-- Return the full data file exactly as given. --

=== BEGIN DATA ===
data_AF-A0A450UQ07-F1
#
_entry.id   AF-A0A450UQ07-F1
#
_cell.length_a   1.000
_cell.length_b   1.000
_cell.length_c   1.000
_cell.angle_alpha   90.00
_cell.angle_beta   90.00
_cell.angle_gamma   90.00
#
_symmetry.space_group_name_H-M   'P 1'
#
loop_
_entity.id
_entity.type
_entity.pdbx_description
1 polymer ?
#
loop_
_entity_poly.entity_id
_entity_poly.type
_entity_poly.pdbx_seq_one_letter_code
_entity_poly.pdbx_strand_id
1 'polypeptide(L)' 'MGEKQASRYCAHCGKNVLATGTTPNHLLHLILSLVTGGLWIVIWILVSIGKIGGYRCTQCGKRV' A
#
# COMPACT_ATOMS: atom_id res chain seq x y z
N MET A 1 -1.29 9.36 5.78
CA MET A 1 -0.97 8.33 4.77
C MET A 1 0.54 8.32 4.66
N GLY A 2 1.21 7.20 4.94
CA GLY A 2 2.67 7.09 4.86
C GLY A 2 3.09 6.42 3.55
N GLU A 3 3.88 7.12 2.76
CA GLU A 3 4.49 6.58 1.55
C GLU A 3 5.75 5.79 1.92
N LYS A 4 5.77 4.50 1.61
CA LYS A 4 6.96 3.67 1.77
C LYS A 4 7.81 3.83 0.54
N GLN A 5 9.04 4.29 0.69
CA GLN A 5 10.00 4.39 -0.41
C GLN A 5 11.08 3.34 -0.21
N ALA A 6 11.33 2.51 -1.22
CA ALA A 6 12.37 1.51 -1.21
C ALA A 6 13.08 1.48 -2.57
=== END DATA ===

data_AF-A0A450UQ07-F1
#
_entry.id   AF-A0A450UQ07-F1
#
_cell.length_a   1.000
_cell.length_b   1.000
_cell.length_c   1.000
_cell.angle_alpha   90.00
_cell.angle_beta   90.00
_cell.angle_gamma   90.00
#
_symmetry.space_group_name_H-M   'P 1'
#
loop_
_entity.id
_entity.type
_entity.pdbx_description
1 polymer ?
#
loop_
_entity_poly.entity_id
_entity_poly.type
_entity_poly.pdbx_seq_one_letter_code
_entity_poly.pdbx_strand_id
1 'polypeptide(L)' 'MGEKQASRYCAHCGKNVLATGTTPNHLLHLILSLVTGGLWIVIWILVSIGKIGGYRCTQCGKRV' A
#
# COMPACT_ATOMS: atom_id res chain seq x y z
N MET A 1 -1.29 9.36 5.78
CA MET A 1 -0.97 8.33 4.77
C MET A 1 0.54 8.32 4.66
N GLY A 2 1.21 7.20 4.94
CA GLY A 2 2.67 7.09 4.86
C GLY A 2 3.09 6.42 3.55
N GLU A 3 3.88 7.12 2.76
CA GLU A 3 4.49 6.58 1.55
C GLU A 3 5.75 5.79 1.92
N LYS A 4 5.77 4.50 1.61
CA LYS A 4 6.96 3.67 1.77
C LYS A 4 7.81 3.83 0.54
N GLN A 5 9.04 4.29 0.69
CA GLN A 5 10.00 4.39 -0.41
C GLN A 5 11.08 3.34 -0.21
N ALA A 6 11.33 2.51 -1.22
CA ALA A 6 12.37 1.51 -1.21
C ALA A 6 13.08 1.48 -2.57